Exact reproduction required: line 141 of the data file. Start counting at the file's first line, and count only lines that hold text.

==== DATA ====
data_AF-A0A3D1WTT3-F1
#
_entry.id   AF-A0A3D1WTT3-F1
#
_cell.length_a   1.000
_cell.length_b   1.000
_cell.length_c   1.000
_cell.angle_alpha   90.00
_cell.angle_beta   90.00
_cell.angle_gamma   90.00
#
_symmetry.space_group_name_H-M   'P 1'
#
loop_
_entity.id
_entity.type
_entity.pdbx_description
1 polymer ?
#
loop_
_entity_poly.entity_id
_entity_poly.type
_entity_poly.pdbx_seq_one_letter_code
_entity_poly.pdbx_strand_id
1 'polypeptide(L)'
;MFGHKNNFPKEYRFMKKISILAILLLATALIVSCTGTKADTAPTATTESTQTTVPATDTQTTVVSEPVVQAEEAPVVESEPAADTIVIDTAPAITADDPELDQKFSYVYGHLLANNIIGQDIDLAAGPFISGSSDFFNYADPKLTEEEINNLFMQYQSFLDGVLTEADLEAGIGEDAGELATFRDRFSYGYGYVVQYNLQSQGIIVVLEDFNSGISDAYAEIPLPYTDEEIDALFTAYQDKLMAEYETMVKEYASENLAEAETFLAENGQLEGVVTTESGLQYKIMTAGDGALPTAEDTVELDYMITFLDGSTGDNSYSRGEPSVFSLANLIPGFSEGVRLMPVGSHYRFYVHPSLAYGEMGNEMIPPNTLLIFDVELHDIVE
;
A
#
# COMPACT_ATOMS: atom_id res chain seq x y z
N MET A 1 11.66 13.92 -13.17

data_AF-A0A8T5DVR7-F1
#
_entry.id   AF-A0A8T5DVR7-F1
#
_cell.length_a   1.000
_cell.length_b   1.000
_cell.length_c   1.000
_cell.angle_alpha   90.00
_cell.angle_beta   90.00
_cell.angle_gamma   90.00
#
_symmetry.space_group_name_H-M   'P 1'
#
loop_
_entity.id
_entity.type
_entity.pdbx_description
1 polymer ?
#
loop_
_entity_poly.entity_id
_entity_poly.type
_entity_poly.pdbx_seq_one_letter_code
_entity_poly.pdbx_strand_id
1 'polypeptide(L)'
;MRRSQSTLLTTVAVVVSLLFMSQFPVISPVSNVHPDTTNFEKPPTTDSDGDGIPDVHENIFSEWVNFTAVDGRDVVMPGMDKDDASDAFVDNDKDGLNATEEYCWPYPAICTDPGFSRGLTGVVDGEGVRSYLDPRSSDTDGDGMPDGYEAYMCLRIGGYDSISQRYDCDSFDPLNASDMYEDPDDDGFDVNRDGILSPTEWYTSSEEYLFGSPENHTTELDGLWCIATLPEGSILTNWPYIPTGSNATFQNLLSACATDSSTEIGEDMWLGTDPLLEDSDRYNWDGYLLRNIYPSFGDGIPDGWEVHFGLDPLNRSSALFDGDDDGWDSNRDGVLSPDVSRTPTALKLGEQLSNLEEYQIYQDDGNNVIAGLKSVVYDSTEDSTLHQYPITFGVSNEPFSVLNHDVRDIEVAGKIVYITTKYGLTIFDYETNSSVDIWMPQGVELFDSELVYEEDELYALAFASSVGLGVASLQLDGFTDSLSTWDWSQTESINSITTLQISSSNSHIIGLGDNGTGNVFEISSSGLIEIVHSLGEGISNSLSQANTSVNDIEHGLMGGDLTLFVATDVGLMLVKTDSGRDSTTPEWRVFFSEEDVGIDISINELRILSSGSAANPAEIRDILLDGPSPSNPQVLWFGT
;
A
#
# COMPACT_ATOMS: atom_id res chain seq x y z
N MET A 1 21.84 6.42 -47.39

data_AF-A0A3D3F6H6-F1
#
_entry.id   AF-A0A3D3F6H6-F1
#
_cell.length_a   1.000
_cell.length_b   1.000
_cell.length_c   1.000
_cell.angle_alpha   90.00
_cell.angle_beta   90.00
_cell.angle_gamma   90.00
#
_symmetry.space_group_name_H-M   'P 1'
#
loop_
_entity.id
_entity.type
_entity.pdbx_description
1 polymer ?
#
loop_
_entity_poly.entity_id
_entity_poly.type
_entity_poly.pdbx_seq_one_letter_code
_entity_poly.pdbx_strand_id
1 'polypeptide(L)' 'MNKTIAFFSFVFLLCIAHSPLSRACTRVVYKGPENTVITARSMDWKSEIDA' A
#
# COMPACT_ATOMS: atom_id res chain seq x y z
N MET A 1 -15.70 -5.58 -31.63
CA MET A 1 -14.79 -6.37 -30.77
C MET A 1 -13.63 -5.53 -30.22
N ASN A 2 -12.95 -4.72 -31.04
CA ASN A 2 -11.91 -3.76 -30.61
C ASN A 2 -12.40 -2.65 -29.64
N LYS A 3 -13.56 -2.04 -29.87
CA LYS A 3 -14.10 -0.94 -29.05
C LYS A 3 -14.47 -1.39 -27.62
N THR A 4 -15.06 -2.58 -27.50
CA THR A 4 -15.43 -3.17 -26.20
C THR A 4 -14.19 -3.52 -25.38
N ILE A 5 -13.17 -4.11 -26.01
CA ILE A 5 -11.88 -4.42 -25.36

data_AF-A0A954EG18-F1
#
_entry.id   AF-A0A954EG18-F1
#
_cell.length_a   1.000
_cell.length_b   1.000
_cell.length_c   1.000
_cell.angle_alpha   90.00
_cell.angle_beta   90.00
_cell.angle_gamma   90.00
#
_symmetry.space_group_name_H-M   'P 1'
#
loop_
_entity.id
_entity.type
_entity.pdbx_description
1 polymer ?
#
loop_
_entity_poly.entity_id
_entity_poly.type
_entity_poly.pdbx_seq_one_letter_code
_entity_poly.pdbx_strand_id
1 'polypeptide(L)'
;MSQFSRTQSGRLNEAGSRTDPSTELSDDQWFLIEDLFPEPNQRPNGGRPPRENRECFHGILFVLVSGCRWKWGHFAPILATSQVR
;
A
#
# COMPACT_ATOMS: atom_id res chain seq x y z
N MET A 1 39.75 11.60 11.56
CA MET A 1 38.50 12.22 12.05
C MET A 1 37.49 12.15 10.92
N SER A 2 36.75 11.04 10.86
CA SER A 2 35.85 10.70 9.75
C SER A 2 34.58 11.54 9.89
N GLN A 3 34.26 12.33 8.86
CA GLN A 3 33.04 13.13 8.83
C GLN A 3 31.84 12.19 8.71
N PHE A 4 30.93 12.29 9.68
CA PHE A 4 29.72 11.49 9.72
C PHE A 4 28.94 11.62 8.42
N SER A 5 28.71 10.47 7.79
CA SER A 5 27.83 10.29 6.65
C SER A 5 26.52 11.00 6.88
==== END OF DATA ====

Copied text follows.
CA GLN A 3 33.04 13.13 8.83